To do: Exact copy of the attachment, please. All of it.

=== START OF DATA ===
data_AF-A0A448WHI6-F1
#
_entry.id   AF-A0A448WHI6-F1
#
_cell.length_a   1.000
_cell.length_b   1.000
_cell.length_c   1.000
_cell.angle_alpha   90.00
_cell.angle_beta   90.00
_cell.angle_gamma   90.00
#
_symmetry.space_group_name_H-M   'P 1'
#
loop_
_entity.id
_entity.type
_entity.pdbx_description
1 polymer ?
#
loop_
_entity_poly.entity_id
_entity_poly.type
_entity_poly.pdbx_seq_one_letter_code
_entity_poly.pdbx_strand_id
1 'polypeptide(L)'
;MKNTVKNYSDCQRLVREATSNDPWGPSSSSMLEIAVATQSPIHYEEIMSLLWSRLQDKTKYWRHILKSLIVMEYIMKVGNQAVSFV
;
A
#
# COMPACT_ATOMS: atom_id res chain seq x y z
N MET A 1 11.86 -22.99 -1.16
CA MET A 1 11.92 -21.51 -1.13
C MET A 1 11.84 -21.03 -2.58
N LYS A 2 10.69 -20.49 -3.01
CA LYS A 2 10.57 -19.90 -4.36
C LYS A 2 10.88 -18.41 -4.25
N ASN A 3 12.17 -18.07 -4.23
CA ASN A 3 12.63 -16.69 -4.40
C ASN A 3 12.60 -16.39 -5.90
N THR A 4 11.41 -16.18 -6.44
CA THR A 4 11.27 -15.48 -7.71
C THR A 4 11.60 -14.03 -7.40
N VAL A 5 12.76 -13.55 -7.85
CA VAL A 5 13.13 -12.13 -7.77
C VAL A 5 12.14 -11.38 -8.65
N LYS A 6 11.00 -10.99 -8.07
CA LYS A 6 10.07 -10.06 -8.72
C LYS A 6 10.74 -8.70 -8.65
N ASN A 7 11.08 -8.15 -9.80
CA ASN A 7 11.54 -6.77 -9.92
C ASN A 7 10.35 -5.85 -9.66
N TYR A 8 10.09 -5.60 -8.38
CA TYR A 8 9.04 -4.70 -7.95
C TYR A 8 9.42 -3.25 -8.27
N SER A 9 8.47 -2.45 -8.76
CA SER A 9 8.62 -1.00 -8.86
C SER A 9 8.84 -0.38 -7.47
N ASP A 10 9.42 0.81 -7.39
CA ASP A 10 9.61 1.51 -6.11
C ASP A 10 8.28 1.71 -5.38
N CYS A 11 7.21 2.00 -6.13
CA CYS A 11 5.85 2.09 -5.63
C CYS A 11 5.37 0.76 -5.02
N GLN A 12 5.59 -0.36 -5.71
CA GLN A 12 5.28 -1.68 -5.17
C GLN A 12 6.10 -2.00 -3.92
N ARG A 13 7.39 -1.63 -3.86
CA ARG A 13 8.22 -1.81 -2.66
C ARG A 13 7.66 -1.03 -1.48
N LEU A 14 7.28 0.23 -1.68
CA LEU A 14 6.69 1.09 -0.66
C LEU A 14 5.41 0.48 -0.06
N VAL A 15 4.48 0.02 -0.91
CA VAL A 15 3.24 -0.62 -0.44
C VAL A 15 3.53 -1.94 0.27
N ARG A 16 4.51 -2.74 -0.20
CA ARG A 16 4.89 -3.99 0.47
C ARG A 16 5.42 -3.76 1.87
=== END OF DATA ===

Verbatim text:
data_AF-A0A448WHI6-F1
#
_entry.id   AF-A0A448WHI6-F1
#
_cell.length_a   1.000
_cell.length_b   1.000
_cell.length_c   1.000
_cell.angle_alpha   90.00
_cell.angle_beta   90.00
_cell.angle_gamma   90.00
#
_symmetry.space_group_name_H-M   'P 1'
#
loop_
_entity.id
_entity.type
_entity.pdbx_description
1 polymer ?
#
loop_
_entity_poly.entity_id
_entity_poly.type
_entity_poly.pdbx_seq_one_letter_code
_entity_poly.pdbx_strand_id
1 'polypeptide(L)'
;MKNTVKNYSDCQRLVREATSNDPWGPSSSSMLEIAVATQSPIHYEEIMSLLWSRLQDKTKYWRHILKSLIVMEYIMKVGNQAVSFV
;
A
#
# COMPACT_ATOMS: atom_id res chain seq x y z
N MET A 1 11.86 -22.99 -1.16
CA MET A 1 11.92 -21.51 -1.13
C MET A 1 11.84 -21.03 -2.58
N LYS A 2 10.69 -20.49 -3.01
CA LYS A 2 10.57 -19.90 -4.36
C LYS A 2 10.88 -18.41 -4.25
N ASN A 3 12.17 -18.07 -4.23
CA ASN A 3 12.63 -16.69 -4.40
C ASN A 3 12.60 -16.39 -5.90
N THR A 4 11.41 -16.18 -6.44
CA THR A 4 11.27 -15.48 -7.71
C THR A 4 11.60 -14.03 -7.40
N VAL A 5 12.76 -13.55 -7.85
CA VAL A 5 13.13 -12.13 -7.77
C VAL A 5 12.14 -11.38 -8.65
N LYS A 6 11.00 -10.99 -8.07
CA LYS A 6 10.07 -10.06 -8.72
C LYS A 6 10.74 -8.70 -8.65
N ASN A 7 11.08 -8.15 -9.80
CA ASN A 7 11.54 -6.77 -9.92
C ASN A 7 10.35 -5.85 -9.66
N TYR A 8 10.09 -5.60 -8.38
CA TYR A 8 9.04 -4.70 -7.95
C TYR A 8 9.42 -3.25 -8.27
N SER A 9 8.47 -2.45 -8.76
CA SER A 9 8.62 -1.00 -8.86
C SER A 9 8.84 -0.38 -7.47
N ASP A 10 9.42 0.81 -7.39
CA ASP A 10 9.61 1.51 -6.11
C ASP A 10 8.28 1.71 -5.38
N CYS A 11 7.21 2.00 -6.13
CA CYS A 11 5.85 2.09 -5.63
C CYS A 11 5.37 0.76 -5.02
N GLN A 12 5.59 -0.36 -5.71
CA GLN A 12 5.28 -1.68 -5.17
C GLN A 12 6.10 -2.00 -3.92
N ARG A 13 7.39 -1.63 -3.86
CA ARG A 13 8.22 -1.81 -2.66
C ARG A 13 7.66 -1.03 -1.48
N LEU A 14 7.28 0.23 -1.68
CA LEU A 14 6.69 1.09 -0.66
C LEU A 14 5.41 0.48 -0.06
N VAL A 15 4.48 0.02 -0.91
CA VAL A 15 3.24 -0.62 -0.44
C VAL A 15 3.53 -1.94 0.27
N ARG A 16 4.51 -2.74 -0.20
CA ARG A 16 4.89 -3.99 0.47
C ARG A 16 5.42 -3.76 1.87